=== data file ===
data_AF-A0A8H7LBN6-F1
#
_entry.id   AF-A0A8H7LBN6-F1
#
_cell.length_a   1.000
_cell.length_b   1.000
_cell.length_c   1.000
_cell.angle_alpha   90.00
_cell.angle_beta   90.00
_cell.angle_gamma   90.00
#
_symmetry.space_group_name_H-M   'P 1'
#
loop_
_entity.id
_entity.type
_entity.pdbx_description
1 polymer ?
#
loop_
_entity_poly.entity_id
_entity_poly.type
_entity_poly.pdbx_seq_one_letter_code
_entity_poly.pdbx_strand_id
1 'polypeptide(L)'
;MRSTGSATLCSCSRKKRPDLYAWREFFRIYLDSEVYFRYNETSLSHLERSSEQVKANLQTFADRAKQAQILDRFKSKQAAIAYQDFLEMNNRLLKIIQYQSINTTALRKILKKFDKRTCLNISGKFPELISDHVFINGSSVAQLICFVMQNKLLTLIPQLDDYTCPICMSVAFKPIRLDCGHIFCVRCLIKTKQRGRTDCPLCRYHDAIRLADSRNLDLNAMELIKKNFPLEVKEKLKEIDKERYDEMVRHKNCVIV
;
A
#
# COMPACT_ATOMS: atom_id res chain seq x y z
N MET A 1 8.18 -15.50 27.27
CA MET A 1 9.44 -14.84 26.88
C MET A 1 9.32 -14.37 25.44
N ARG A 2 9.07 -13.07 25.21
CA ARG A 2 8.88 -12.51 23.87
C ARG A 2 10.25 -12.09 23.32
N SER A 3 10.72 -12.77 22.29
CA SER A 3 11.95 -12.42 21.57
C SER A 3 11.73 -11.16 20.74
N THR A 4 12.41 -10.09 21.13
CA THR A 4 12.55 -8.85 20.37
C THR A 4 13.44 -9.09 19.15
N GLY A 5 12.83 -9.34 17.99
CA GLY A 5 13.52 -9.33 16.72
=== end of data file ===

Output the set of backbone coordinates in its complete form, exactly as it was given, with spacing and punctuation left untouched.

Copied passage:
data_AF-A0A8H7LBN6-F1
#
_entry.id   AF-A0A8H7LBN6-F1
#
_cell.length_a   1.000
_cell.length_b   1.000
_cell.length_c   1.000
_cell.angle_alpha   90.00
_cell.angle_beta   90.00
_cell.angle_gamma   90.00
#
_symmetry.space_group_name_H-M   'P 1'
#
loop_
_entity.id
_entity.type
_entity.pdbx_description
1 polymer ?
#
loop_
_entity_poly.entity_id
_entity_poly.type
_entity_poly.pdbx_seq_one_letter_code
_entity_poly.pdbx_strand_id
1 'polypeptide(L)'
;MRSTGSATLCSCSRKKRPDLYAWREFFRIYLDSEVYFRYNETSLSHLERSSEQVKANLQTFADRAKQAQILDRFKSKQAAIAYQDFLEMNNRLLKIIQYQSINTTALRKILKKFDKRTCLNISGKFPELISDHVFINGSSVAQLICFVMQNKLLTLIPQLDDYTCPICMSVAFKPIRLDCGHIFCVRCLIKTKQRGRTDCPLCRYHDAIRLADSRNLDLNAMELIKKNFPLEVKEKLKEIDKERYDEMVRHKNCVIV
;
A
#
# COMPACT_ATOMS: atom_id res chain seq x y z
N MET A 1 8.18 -15.50 27.27
CA MET A 1 9.44 -14.84 26.88
C MET A 1 9.32 -14.37 25.44
N ARG A 2 9.07 -13.07 25.21
CA ARG A 2 8.88 -12.51 23.87
C ARG A 2 10.25 -12.09 23.32
N SER A 3 10.72 -12.77 22.29
CA SER A 3 11.95 -12.42 21.57
C SER A 3 11.73 -11.16 20.74
N THR A 4 12.41 -10.09 21.13
CA THR A 4 12.55 -8.85 20.37
C THR A 4 13.44 -9.09 19.15
N GLY A 5 12.83 -9.34 17.99
CA GLY A 5 13.52 -9.33 16.72